A2 From field scale eco-hydrological process understanding to landscape scale water fluxes. [funded by DFG]

PI(s) for this project:

Prof. Dr. Lutz Breuer
Dr. David Windhorst


From a hydrological perspective, many Land Surface Models (LSM) have major deficiencies in the representation of water-related feedback mechanisms due to biotic, climatic, topographic and physical landscape features. This results in an oversimplified description of hydrological processes, affecting the credibility of these models in simulating water fluxes. In the past, those simplifications where often the necessary compromise due to the lack of computational power and hydrological process understanding.

In the first phase of the research group RESPECT, we have started to improve the hydrological routines within the newly developed LSM “HUMBOL-TD”. This was based on investigations of hydrological processes and water related feedback mechanisms within the soil-plant-atmosphere continuum of the mountain rainforest. We addressed different flow mechanisms in the soil and particularly preferential flow processes, which are frequently ignored by LSMs.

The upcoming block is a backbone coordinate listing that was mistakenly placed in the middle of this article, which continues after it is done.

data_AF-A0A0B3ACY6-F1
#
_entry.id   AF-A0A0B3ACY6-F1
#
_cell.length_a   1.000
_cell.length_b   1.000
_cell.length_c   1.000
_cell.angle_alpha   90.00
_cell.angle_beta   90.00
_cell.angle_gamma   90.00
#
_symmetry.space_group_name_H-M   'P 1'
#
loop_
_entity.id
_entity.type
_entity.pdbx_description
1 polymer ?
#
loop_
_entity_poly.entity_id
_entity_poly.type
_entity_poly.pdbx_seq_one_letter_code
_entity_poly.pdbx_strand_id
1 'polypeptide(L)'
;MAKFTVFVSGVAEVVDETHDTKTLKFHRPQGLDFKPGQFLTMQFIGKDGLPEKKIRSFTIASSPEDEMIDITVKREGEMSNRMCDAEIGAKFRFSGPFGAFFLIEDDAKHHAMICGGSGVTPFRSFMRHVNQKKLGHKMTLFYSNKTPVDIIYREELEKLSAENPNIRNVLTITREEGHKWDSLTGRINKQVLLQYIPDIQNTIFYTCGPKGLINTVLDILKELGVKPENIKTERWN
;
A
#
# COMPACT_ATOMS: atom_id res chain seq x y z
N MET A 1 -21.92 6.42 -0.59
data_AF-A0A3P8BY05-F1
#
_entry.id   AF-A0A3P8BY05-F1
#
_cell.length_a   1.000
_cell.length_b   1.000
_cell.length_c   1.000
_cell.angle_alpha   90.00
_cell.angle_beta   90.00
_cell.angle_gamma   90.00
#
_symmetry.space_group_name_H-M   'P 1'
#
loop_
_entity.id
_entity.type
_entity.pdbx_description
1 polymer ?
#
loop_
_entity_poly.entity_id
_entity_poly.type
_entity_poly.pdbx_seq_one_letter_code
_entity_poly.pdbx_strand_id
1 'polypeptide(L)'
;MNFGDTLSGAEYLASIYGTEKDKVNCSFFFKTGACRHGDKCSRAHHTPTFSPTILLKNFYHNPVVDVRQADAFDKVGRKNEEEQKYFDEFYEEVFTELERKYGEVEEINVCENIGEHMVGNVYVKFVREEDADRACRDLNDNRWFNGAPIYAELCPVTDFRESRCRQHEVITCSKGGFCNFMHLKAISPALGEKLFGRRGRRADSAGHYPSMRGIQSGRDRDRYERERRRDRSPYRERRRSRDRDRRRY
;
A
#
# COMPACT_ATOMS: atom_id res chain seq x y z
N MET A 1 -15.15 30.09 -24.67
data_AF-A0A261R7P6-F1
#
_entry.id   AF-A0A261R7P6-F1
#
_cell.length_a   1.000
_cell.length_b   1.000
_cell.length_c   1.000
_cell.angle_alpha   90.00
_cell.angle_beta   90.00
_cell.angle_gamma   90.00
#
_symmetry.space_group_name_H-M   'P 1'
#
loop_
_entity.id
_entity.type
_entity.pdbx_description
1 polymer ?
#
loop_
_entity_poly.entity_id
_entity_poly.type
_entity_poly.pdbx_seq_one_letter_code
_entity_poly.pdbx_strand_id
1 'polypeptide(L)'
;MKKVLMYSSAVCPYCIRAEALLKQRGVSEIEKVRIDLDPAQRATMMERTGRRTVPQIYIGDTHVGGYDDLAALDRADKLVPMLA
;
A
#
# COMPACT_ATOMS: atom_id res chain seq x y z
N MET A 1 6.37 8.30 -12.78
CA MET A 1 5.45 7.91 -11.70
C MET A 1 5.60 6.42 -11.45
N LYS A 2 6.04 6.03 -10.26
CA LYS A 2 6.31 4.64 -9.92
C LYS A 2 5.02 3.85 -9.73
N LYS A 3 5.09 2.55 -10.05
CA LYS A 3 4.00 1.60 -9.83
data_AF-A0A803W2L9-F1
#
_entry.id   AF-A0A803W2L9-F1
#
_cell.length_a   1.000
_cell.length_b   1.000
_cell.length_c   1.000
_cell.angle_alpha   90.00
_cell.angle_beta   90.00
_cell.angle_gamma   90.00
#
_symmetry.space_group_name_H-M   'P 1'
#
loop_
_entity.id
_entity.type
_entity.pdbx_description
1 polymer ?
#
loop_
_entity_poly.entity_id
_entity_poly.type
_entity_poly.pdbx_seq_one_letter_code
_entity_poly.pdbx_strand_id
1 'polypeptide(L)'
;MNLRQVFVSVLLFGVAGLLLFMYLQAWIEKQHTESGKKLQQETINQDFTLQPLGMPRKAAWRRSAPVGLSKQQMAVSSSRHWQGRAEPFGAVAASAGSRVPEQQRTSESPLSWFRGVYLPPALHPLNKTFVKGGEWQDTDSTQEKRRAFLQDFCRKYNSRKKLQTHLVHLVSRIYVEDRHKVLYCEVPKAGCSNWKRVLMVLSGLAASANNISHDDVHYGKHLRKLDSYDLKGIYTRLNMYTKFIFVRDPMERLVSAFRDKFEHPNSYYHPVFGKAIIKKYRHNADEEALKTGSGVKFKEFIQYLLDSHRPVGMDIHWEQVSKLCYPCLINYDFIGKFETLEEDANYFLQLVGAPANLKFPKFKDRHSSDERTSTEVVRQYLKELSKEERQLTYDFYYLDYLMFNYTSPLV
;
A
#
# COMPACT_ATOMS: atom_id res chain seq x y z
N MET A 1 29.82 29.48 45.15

Building on our findings and model improvements made in phase I and in light of the overall objectives of the research group RESPECT in phase II, we have identified three objectives. For our first objective, we extend our field experimental studies to mountain dry and rain forests and study the mixing processes of stable isotopes of water in more detail along a suction pressure gradient using i.e. our innovative soil water sampling system. As part of our second objective, we will balance model performance and runtime in view of our ambitions to run HUMBOL-TD on the landscape scale. We will identify well-performing hydrological model structures that match our derived field scale process understanding. Finally, in our third objective, will work on multi-criteria hypothesis testing. We start with a rigid multi-criteria model evaluation of the water, carbon and energy fluxes in HUMBOL-TD using our, but also further data from other sub-projects. In a joint effort, we will then test the central hypotheses of RESPECT under the light of climate and land use changes.